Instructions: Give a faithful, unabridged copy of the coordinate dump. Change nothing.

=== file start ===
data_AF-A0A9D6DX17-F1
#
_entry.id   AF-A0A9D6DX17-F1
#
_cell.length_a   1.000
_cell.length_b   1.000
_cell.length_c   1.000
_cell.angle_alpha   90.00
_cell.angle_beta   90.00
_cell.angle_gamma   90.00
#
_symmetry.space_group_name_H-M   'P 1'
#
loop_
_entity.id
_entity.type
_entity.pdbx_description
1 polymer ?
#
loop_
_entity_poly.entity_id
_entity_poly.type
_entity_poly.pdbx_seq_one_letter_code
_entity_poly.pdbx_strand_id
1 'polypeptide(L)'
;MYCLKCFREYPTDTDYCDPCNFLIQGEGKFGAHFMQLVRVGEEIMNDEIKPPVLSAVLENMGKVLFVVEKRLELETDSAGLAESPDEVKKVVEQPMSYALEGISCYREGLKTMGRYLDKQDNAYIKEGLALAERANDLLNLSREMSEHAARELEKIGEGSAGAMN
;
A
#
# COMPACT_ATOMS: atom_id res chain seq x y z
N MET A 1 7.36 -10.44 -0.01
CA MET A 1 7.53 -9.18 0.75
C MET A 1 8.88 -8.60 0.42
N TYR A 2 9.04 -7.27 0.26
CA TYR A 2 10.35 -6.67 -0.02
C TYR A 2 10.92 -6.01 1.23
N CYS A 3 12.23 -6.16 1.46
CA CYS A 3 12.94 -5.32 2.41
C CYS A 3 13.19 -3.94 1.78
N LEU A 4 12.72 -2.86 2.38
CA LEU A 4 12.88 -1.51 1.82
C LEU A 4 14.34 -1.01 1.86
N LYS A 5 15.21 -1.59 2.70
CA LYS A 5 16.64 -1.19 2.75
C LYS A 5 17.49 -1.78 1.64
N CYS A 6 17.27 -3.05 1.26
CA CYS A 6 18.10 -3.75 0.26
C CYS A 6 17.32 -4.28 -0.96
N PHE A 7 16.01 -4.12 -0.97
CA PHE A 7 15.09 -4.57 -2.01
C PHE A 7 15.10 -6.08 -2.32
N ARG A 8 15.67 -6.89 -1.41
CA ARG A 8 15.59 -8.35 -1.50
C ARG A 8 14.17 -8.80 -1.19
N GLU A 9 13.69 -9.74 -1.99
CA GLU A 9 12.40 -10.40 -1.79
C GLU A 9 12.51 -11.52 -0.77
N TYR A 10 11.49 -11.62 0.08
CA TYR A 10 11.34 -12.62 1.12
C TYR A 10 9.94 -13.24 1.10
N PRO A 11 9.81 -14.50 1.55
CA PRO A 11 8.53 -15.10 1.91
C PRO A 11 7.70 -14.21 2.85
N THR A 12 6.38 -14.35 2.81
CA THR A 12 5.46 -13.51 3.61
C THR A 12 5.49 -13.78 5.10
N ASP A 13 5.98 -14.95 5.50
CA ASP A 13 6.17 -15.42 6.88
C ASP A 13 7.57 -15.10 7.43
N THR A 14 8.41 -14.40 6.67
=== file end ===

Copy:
data_AF-A0A9D6DX17-F1
#
_entry.id   AF-A0A9D6DX17-F1
#
_cell.length_a   1.000
_cell.length_b   1.000
_cell.length_c   1.000
_cell.angle_alpha   90.00
_cell.angle_beta   90.00
_cell.angle_gamma   90.00
#
_symmetry.space_group_name_H-M   'P 1'
#
loop_
_entity.id
_entity.type
_entity.pdbx_description
1 polymer ?
#
loop_
_entity_poly.entity_id
_entity_poly.type
_entity_poly.pdbx_seq_one_letter_code
_entity_poly.pdbx_strand_id
1 'polypeptide(L)'
;MYCLKCFREYPTDTDYCDPCNFLIQGEGKFGAHFMQLVRVGEEIMNDEIKPPVLSAVLENMGKVLFVVEKRLELETDSAGLAESPDEVKKVVEQPMSYALEGISCYREGLKTMGRYLDKQDNAYIKEGLALAERANDLLNLSREMSEHAARELEKIGEGSAGAMN
;
A
#
# COMPACT_ATOMS: atom_id res chain seq x y z
N MET A 1 7.36 -10.44 -0.01
CA MET A 1 7.53 -9.18 0.75
C MET A 1 8.88 -8.60 0.42
N TYR A 2 9.04 -7.27 0.26
CA TYR A 2 10.35 -6.67 -0.02
C TYR A 2 10.92 -6.01 1.23
N CYS A 3 12.23 -6.16 1.46
CA CYS A 3 12.94 -5.32 2.41
C CYS A 3 13.19 -3.94 1.78
N LEU A 4 12.72 -2.86 2.38
CA LEU A 4 12.88 -1.51 1.82
C LEU A 4 14.34 -1.01 1.86
N LYS A 5 15.21 -1.59 2.70
CA LYS A 5 16.64 -1.19 2.75
C LYS A 5 17.49 -1.78 1.64
N CYS A 6 17.27 -3.05 1.26
CA CYS A 6 18.10 -3.75 0.26
C CYS A 6 17.32 -4.28 -0.96
N PHE A 7 16.01 -4.12 -0.97
CA PHE A 7 15.09 -4.57 -2.01
C PHE A 7 15.10 -6.08 -2.32
N ARG A 8 15.67 -6.89 -1.41
CA ARG A 8 15.59 -8.35 -1.50
C ARG A 8 14.17 -8.80 -1.19
N GLU A 9 13.69 -9.74 -1.99
CA GLU A 9 12.40 -10.40 -1.79
C GLU A 9 12.51 -11.52 -0.77
N TYR A 10 11.49 -11.62 0.08
CA TYR A 10 11.34 -12.62 1.12
C TYR A 10 9.94 -13.24 1.10
N PRO A 11 9.81 -14.50 1.55
CA PRO A 11 8.53 -15.10 1.91
C PRO A 11 7.70 -14.21 2.85
N THR A 12 6.38 -14.35 2.81
CA THR A 12 5.46 -13.51 3.61
C THR A 12 5.49 -13.78 5.10
N ASP A 13 5.98 -14.95 5.50
CA ASP A 13 6.17 -15.42 6.88
C ASP A 13 7.57 -15.10 7.43
N THR A 14 8.41 -14.40 6.67